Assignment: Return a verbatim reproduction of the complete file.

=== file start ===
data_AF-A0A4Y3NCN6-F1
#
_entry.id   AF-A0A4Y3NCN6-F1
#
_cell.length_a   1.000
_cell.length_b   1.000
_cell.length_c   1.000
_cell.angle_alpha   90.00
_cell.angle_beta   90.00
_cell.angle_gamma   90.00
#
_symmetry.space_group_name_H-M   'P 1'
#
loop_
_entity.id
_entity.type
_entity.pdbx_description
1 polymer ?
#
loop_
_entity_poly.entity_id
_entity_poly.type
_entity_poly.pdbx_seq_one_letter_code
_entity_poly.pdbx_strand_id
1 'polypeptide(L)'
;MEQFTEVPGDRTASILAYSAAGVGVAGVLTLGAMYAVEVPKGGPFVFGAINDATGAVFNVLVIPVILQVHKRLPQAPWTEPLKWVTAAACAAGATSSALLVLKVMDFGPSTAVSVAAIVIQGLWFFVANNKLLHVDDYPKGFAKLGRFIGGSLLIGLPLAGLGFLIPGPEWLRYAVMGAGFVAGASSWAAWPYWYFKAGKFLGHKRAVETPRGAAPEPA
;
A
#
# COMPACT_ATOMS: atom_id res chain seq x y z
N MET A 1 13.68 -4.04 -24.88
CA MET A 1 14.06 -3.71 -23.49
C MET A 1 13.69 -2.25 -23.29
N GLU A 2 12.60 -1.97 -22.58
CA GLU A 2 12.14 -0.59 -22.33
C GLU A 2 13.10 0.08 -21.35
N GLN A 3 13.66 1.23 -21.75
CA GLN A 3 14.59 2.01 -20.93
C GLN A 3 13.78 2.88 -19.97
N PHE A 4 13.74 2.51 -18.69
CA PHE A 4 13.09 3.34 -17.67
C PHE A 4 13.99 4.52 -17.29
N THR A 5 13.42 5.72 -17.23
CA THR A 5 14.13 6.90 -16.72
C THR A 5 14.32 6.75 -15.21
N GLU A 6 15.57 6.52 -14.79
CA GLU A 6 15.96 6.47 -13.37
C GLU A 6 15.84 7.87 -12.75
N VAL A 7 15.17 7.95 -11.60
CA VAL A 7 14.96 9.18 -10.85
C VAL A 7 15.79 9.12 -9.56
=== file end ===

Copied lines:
data_AF-A0A4Y3NCN6-F1
#
_entry.id   AF-A0A4Y3NCN6-F1
#
_cell.length_a   1.000
_cell.length_b   1.000
_cell.length_c   1.000
_cell.angle_alpha   90.00
_cell.angle_beta   90.00
_cell.angle_gamma   90.00
#
_symmetry.space_group_name_H-M   'P 1'
#
loop_
_entity.id
_entity.type
_entity.pdbx_description
1 polymer ?
#
loop_
_entity_poly.entity_id
_entity_poly.type
_entity_poly.pdbx_seq_one_letter_code
_entity_poly.pdbx_strand_id
1 'polypeptide(L)'
;MEQFTEVPGDRTASILAYSAAGVGVAGVLTLGAMYAVEVPKGGPFVFGAINDATGAVFNVLVIPVILQVHKRLPQAPWTEPLKWVTAAACAAGATSSALLVLKVMDFGPSTAVSVAAIVIQGLWFFVANNKLLHVDDYPKGFAKLGRFIGGSLLIGLPLAGLGFLIPGPEWLRYAVMGAGFVAGASSWAAWPYWYFKAGKFLGHKRAVETPRGAAPEPA
;
A
#
# COMPACT_ATOMS: atom_id res chain seq x y z
N MET A 1 13.68 -4.04 -24.88
CA MET A 1 14.06 -3.71 -23.49
C MET A 1 13.69 -2.25 -23.29
N GLU A 2 12.60 -1.97 -22.58
CA GLU A 2 12.14 -0.59 -22.33
C GLU A 2 13.10 0.08 -21.35
N GLN A 3 13.66 1.23 -21.75
CA GLN A 3 14.59 2.01 -20.93
C GLN A 3 13.78 2.88 -19.97
N PHE A 4 13.74 2.51 -18.69
CA PHE A 4 13.09 3.34 -17.67
C PHE A 4 13.99 4.52 -17.29
N THR A 5 13.42 5.72 -17.23
CA THR A 5 14.13 6.90 -16.72
C THR A 5 14.32 6.75 -15.21
N GLU A 6 15.57 6.52 -14.79
CA GLU A 6 15.96 6.47 -13.37
C GLU A 6 15.84 7.87 -12.75
N VAL A 7 15.17 7.95 -11.60
CA VAL A 7 14.96 9.18 -10.85
C VAL A 7 15.79 9.12 -9.56